St. Paul Pioneer Press
"If last night had been just a concert, with no other significance or purpose, Midori's performance of Chausson's Poème would have been the intellectual highlight. It is music of Wagnerian import cast in the elusiveness of French harmony; it wanders, meanders, makes statements and retracts them. It is passionate music that avoids clarity. She played it with spectacular tone and clear-sightedness. It was the musical high point, superseded only by her magnificent rendition of the Bach Chaconne from the Partita No.2."
The Washington Post
"Midori, who will pair up again with the Pittsburgh Symphony Orchestra for the tour, is exactly that [consistently great]. In the Shostakovich she quickly fell into crisp form. Long a champion of this work, she knew exactly what she wanted to do. Her steps were uncomplicated and deliberate; her notes clear and perfectly placed. Her cadenza personified suspense. Most impressive was her thick tone on the highest strings, banishing the shrill tendencies of Shostakovich and inviting the audience in."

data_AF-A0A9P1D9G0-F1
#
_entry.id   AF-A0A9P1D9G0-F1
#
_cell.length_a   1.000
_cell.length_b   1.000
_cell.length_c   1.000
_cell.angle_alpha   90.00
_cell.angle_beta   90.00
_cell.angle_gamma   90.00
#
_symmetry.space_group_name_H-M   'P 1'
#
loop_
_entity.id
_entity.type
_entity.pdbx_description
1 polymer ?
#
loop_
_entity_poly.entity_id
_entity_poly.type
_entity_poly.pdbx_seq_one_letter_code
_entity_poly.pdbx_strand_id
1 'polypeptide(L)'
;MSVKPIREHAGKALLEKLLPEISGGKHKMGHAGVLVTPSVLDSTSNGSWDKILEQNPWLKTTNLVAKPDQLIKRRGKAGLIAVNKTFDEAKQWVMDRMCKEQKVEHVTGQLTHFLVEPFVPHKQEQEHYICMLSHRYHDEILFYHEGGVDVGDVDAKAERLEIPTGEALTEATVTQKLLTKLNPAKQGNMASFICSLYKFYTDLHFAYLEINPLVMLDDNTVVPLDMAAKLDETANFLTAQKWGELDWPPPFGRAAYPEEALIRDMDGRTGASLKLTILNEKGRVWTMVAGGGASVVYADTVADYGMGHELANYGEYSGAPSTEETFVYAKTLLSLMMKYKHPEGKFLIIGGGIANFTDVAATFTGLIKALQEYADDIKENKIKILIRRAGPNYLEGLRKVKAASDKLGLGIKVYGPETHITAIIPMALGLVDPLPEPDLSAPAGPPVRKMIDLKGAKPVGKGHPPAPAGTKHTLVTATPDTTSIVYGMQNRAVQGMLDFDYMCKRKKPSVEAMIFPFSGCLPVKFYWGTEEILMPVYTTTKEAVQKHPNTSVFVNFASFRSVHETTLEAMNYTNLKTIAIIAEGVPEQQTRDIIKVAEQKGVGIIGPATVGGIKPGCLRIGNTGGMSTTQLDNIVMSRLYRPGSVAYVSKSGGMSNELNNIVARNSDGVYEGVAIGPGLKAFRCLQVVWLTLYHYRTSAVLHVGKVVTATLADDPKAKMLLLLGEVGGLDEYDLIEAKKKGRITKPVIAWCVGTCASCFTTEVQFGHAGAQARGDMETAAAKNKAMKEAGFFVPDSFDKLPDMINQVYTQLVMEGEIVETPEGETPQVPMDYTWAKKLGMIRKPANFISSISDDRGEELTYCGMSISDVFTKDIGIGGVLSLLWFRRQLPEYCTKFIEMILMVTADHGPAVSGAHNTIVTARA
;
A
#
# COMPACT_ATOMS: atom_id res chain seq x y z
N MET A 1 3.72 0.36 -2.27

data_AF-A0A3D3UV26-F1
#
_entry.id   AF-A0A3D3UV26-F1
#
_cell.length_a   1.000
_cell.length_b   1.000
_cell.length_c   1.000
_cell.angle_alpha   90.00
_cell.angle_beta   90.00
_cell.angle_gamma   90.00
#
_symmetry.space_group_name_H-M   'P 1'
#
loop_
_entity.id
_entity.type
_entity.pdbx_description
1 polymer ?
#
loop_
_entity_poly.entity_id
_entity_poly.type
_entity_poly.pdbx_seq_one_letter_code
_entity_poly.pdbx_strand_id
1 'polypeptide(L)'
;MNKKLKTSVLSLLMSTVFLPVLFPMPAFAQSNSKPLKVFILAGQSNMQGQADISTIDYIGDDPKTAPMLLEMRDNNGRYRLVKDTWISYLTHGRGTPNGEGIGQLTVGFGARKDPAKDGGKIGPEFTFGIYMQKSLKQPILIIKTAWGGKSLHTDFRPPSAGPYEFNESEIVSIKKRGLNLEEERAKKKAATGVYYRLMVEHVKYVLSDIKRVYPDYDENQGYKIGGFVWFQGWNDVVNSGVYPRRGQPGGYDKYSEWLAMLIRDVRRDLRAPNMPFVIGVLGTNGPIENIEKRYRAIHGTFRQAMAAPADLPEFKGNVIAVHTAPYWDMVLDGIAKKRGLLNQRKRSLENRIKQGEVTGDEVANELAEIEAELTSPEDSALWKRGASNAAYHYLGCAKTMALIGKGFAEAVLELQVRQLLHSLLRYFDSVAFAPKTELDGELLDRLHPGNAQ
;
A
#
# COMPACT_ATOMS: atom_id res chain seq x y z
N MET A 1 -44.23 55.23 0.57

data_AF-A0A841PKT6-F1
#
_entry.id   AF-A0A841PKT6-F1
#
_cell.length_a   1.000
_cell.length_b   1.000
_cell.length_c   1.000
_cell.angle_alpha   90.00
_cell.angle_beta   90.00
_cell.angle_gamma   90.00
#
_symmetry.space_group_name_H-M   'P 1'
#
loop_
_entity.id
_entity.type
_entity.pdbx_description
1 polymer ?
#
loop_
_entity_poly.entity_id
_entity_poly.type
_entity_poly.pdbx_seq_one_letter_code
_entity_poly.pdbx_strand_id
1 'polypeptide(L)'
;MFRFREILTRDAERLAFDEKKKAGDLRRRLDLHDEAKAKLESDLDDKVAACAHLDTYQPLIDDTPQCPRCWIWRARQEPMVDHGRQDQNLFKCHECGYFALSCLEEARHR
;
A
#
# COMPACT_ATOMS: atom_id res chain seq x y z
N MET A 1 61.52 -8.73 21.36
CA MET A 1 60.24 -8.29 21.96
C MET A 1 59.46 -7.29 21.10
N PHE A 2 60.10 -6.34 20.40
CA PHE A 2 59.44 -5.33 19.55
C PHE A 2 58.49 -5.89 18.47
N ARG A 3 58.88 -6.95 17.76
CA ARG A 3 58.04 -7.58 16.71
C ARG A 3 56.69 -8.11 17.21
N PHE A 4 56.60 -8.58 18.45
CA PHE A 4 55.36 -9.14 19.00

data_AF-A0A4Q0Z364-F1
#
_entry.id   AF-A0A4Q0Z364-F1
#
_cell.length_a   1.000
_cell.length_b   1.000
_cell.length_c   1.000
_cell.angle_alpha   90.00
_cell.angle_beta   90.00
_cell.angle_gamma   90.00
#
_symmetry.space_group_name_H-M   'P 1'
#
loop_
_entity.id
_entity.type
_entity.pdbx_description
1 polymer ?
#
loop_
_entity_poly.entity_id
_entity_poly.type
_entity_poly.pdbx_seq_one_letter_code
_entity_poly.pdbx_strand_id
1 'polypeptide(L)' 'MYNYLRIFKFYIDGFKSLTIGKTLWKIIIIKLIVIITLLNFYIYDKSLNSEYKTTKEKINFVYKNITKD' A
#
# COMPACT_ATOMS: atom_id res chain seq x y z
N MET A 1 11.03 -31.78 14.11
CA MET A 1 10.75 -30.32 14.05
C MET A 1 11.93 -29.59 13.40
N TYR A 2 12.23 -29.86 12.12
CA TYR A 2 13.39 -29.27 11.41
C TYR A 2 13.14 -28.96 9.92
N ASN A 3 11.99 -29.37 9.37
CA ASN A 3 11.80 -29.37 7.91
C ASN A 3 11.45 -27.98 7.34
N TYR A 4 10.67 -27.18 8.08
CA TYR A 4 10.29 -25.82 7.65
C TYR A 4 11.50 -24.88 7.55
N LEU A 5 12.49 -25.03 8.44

Pittsburgh Post Gazette
"Yes, it was, on paper, the same Tchaikovsky Violin Concerto that has been played a trillion times or more since its premiere in 1881. But it wasn't really the same work at all. The notes took on new coloring, new intensity, new depth in a memorable performance featuring Midori with the Baltimore Symphony Orchestra and music director Yuri Temirkanov...This startling sense of freshness was sensed the moment Midori began to sculpt the violin's initial entrance...Midori turned the passage into an arresting monologue that, despite its brevity, spoke volumes about the essence of musical romanticism. With a remarkable variety of tone quality and dynamics, she established the violin as the heroic, yet somehow self-effacing, center of an intense drama."
The Baltimore Sun
"The highlight of the evening was Midori's brilliant traversal of Bach's unaccompanied Violin Sonata in A minor...There was a deeply spiritual quality to the way Midori played the work, as in the achingly beautiful, long-held high note that ended the first movement. The polyphonous effect was painstakingly subtle in the Andante, and her combination of poise and intensity in the Allegro was amazing. A purity of tone shone through in even the flashiest passages."
St. Petersburg Times
"Her evening was about nuance, subtle shading and listening with an inner ear. After intermission Midori stood alone on stage for Bach's Sonata No. 2 in A Minor, playing with a wholeness that felt transcendental. Her view of the central fugue was penetrating, the sound of her 1734 Guarnerius del Gesu filling every inch of the hall."
The Cleveland Plain Dealer